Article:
The Supreme Court has handed a victory to the LGBT community, while maligning many employers and infuriating conservative influencers.
In Bostock v. Clayton County, the 6-3 decision centers on Title VII of the Civil Rights Act, which protects employees from discrimination on the basis of race, color, religion, sex, or national origin. The issue deliberated by The Court was whether “sex” should remain defined merely as biological male or female, or if the definition should include lesbian, gay, bisexual, and transgender.
The majority opinion, which included Chief Justice Roberts and was delivered by President Trump’s first Supreme Court nominee, Justice Neil Gorsuch, was not predicted nor welcomed by conservative legal experts and policy advocates.
While Gorsuch’s decision does not overturn any policy advanced by the Trump Administration, his decision does call in to question the conservative jurisprudential philosophy of the “lion of the law’s” replacement. Gorsuch once referred to his predecessor, the late Antonin Scalia, as the lion of the law in his admiration for the legendary conservative jurist.
Often seen as a fitting replacement for Scalia, Gorsuch generally opines with the narrative of a constitutional originalist. However, many scholars consider Gorsuch’s decision in Bostock v. Clayton County to be a rogue and damning precedent.
Either way it is a curious move for Gorsuch, considering his ruling in Hobby Lobby v. Sebelius, while he served on the 10th Circuit Court of Appeals, and Masterpiece Cakeshop v. Colorado Civil Rights Commission while on the Supreme Court. Both cases were related to religious liberty and both cases Gorsuch ruled in the conservative majority.
Alliance Defending Freedom defended Mr. Tom Rost, owner of Harris Funeral Homes, after he was sued for requiring a woman who eventually identified as a man to dress as a woman at work. The case began in 2013 and eventually made its way to the Supreme Court where it faced a disappointing ruling.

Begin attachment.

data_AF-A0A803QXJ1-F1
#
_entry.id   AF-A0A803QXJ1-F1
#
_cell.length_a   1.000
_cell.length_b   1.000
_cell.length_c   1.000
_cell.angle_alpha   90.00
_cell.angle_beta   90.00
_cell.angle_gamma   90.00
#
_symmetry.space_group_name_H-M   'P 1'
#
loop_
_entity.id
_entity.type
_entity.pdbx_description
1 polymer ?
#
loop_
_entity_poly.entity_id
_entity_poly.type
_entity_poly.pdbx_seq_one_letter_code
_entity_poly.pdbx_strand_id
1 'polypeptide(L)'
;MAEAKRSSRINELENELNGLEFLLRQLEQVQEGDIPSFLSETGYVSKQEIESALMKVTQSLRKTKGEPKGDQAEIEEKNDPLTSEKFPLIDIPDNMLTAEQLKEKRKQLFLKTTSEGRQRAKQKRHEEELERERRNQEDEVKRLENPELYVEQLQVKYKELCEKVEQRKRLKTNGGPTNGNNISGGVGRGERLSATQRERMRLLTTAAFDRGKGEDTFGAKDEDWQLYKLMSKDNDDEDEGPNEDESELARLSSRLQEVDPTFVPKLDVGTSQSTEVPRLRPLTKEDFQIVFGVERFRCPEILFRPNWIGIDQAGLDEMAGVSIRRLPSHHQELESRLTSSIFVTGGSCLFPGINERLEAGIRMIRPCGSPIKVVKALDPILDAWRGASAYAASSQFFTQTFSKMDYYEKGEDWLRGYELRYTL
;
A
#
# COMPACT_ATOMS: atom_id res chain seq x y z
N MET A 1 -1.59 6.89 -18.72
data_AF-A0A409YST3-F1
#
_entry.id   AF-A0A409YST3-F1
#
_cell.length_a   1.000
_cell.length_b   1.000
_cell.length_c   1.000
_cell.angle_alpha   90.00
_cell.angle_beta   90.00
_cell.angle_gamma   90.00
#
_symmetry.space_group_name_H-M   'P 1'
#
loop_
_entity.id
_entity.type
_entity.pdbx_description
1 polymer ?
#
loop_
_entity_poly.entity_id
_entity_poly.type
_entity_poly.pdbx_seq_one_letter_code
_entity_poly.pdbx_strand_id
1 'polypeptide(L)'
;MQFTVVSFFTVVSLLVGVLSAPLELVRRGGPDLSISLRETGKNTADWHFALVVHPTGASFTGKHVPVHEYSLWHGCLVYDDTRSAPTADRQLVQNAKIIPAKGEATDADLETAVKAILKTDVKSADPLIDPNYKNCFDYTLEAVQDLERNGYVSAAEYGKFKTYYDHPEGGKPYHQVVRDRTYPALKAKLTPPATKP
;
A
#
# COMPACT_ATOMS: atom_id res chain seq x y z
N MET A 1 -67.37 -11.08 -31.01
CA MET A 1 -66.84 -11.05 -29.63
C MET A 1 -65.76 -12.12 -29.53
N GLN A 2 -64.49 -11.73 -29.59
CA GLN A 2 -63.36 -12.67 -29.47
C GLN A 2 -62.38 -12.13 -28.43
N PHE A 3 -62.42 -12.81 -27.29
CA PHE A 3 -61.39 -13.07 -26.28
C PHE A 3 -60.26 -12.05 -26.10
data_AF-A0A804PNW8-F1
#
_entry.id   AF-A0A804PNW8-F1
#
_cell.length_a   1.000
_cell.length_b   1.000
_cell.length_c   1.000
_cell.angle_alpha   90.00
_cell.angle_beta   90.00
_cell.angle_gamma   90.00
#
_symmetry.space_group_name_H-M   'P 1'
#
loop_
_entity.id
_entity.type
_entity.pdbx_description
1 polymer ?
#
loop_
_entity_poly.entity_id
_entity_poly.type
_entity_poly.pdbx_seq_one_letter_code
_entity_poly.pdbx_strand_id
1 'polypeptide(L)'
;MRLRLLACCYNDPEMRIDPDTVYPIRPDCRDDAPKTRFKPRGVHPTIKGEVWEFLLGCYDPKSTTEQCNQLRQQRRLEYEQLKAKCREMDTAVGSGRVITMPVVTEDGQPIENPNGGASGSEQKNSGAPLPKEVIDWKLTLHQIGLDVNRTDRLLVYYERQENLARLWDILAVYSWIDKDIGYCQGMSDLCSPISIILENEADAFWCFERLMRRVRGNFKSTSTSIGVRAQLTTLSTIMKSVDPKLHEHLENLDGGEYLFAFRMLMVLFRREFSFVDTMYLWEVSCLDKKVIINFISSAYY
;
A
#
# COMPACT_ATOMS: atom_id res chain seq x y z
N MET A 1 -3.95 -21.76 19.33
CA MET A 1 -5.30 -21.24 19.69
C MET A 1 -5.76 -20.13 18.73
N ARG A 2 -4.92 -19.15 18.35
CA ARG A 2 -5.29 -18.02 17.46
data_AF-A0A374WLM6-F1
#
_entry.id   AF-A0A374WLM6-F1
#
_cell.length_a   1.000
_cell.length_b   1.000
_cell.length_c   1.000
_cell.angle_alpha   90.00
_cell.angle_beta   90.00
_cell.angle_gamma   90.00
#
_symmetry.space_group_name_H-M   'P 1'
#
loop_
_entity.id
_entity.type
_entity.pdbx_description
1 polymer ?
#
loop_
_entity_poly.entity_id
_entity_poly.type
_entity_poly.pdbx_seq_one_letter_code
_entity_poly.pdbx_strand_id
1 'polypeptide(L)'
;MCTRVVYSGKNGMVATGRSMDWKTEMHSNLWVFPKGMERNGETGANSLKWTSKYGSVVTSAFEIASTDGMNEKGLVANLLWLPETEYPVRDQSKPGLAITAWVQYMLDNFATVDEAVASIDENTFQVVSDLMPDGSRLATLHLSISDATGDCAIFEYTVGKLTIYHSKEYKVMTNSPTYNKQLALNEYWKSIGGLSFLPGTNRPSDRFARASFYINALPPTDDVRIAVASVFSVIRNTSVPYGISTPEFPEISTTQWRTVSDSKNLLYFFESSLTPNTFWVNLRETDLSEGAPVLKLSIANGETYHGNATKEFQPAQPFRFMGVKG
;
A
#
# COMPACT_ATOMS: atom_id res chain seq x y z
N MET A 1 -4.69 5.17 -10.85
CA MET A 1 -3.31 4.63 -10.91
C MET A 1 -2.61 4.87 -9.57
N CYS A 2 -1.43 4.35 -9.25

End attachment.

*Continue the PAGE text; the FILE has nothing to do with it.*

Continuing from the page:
ADF’s Vice President of Appellate Advocacy John Bursch provided the following statement:
“Redefining ‘sex’ to mean ‘gender identity’ will create chaos and enormous unfairness for women and girls in athletics, women’s shelters, and many other contexts. Civil rights laws that use the word ‘sex’ were put in place to protect equal opportunities for women. Allowing a court or government bureaucrats to redefine a term with such a clear and important meaning undermines those very opportunities—the ones the law was designed to protect.”
The practical implications of this decision are not simple. Of the approximately 11 million US citizens who identify as LGBT, over 80% are employed while the remainder aren’t necessarily unemployed but rather in school or married to a household provider. That said, the frequency of discrimination based on sexual orientation or gender identity (SOGI) is near null.
However, this decision does call into question whether employees will be forced to use preferred pronouns of their colleagues, despite personal or religious convictions not to. The decision may also compromise religious liberty as religiously affiliated organizations often do discriminate on the basis of SOGI positions, and have been allowed to do so.
Whether this will have a direct impact on religious affiliations is not yet clear.